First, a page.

After receiving treatment at UPENN’s Center for Treatment and Study of Anxiety, I knew I wanted to be just like my doctors. That dream pushes me forward every day. Now, as I’m just over a month away from graduating, I realize how close I am to that goal. I am SO close and I want it SO badly. I’ve always known I would reach it one day, but it never felt truly real. I couldn’t imagine it becoming a reality. I have trained myself to live in the moment. The choices I make all lead towards that dream, but I didn’t allow myself to think about me actually reaching that goal. The times that I did, I was immediately overwhelmed by the thoughts that I could never reach it. I mean honestly, if you think about it, a girl like me who would have a panic attack at the mention of school one day receiving a bachelor’s degree. Attending the one thing that tortured my mind every day for four years. On top of that, going on to graduate school, receiving a Masters and then a Psy.D (Doctorates in Psychology), having an office and being healthy enough to actually help others instead of myself. It just wasn’t realistic…yet it was the ONLY thing I wanted to do with my life. I had to do it. The only option was to succeed. Here I am, already accepted into a graduate school and one month away from walking down the isle in my cap and gown led by the sound of bagpipes marching in front of me. Do you hear that? That’s me checking off a few more things on my checklist to success with Pomp and Circumstance playing in the background.  Listen to it here 😉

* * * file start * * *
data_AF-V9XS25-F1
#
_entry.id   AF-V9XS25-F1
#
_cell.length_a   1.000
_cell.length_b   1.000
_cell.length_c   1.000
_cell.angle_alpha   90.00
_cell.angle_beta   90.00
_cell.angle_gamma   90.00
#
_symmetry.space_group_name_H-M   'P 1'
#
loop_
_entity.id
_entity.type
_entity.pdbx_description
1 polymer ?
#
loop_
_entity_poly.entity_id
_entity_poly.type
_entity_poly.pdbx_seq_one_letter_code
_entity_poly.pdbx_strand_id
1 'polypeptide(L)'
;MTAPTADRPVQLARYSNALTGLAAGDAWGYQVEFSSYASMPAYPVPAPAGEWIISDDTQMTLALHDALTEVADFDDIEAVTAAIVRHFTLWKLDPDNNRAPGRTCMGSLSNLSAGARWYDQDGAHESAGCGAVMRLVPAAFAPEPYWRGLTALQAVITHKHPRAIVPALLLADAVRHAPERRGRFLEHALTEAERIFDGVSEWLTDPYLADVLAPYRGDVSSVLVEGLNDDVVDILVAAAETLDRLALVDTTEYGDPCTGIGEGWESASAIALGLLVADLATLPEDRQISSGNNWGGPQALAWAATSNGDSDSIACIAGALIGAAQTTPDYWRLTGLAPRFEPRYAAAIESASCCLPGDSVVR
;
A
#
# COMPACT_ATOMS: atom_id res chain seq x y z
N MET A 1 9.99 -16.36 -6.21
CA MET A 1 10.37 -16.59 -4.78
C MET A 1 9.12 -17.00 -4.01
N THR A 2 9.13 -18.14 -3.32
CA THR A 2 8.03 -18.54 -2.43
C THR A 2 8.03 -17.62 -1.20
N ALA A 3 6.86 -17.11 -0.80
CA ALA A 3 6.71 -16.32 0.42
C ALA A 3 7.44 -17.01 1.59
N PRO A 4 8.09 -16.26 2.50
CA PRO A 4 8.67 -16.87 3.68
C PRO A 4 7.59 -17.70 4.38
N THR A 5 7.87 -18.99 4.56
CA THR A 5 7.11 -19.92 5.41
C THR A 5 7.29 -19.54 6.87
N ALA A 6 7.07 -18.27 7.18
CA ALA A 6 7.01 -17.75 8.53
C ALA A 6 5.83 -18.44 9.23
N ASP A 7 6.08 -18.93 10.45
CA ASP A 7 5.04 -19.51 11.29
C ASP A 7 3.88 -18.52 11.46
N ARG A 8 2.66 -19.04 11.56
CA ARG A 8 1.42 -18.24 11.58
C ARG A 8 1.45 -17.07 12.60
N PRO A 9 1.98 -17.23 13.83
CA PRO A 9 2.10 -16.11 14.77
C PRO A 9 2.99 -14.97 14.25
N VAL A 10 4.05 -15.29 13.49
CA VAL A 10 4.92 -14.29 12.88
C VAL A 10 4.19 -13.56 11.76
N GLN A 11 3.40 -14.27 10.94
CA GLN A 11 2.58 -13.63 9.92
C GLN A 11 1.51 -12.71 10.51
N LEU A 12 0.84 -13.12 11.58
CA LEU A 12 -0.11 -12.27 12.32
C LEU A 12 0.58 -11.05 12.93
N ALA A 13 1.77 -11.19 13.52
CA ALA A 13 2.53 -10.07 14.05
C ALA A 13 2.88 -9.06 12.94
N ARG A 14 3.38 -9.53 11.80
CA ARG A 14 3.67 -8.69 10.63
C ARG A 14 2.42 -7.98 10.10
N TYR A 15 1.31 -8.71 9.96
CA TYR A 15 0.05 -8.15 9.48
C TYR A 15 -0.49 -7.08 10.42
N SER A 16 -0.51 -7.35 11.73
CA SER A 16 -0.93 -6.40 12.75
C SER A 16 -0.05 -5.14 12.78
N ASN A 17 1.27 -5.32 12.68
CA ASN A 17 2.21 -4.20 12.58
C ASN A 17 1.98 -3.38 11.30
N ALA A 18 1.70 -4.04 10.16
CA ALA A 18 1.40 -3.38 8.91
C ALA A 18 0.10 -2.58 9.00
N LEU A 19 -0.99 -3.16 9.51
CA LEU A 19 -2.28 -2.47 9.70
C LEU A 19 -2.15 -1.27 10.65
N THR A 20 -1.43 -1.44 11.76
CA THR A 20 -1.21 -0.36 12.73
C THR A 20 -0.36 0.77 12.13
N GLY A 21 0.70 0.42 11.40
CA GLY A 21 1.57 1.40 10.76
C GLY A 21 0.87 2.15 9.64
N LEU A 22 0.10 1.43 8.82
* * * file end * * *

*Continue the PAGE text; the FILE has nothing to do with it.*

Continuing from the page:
Success Check List.png

~ Stay Chipper Friends ~


I love emails! Send me one here chipperchelseakay@gmail.com